There has been debate among doctors and researchers whether Pandas is even a real disorder. Alison Motluk wrote an article “A Feverish Debate,” which details the controversy surrounding the diagnosis. Motluck wrote, “Skeptics argued that these findings could be coincidental: the children just happened to have strep when the behavioral symptoms appeared.” She also notes that a research study was conducted in 2002 found, “there was no evidence that strep uniquely intensified the symptoms in Pandas kids.” James Leckman, a psychiatrist at Yale University, questioned the validity of this study in regards to the subjects and control group.
I interviewed Ella (names changed for privacy), a 12-year-old girl who was diagnosed with Pandas at age 8. Her mother, Christine, also answered questions regarding their experience.
Cheryl Maguire: Before you were diagnosed, did you know about Pandas?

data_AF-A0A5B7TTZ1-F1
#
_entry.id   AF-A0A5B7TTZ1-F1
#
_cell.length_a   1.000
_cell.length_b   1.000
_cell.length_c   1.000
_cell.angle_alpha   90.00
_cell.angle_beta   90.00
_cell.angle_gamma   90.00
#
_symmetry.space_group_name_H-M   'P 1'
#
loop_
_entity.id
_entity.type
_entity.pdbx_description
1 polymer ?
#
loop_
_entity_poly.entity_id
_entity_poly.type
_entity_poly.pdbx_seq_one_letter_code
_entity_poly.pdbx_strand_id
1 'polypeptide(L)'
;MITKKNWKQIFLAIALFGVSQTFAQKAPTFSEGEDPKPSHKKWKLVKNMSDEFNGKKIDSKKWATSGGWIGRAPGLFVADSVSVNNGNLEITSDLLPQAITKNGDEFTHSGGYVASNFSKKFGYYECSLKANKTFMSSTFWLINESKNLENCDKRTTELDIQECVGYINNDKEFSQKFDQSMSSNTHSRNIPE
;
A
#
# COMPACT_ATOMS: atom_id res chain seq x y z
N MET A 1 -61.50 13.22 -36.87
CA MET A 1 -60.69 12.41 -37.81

Christine and Ella: No
CM: How old were you when you first experiencing symptoms?
Ella: I don’t really remember, I think I was in kindergarten.
Christine: She was around 5 years old when she first started getting strep throat. She would get strep throat and then go on antibiotics. Then the strep throat would come back again once she was done with the antibiotics. Sometimes we didn’t even know she had strep since she didn’t have a sore throat. Her only symptoms were a headache and stomach ache.
CM: What were your Pandas symptoms?
Ella: I don’t remember much about it.
Christine: Ella had a lot of obsessive-compulsive disorder symptoms. She had to wash her hands all the time. She washed her hands so much they would bleed.
Ella: And I used hand sanitizer a lot.
Christine: At bedtime, everything had to be in order. The closet door had to be the same as when she left it before. The comforter on the bed had to be the same position. All her toys and books had to be in order. At night she would also have temper tantrums that didn’t seem to be set off by anything. It was an extreme rage. One time she even tried to push me down the stairs.
CM: How long did it take to receive a Pandas diagnoses?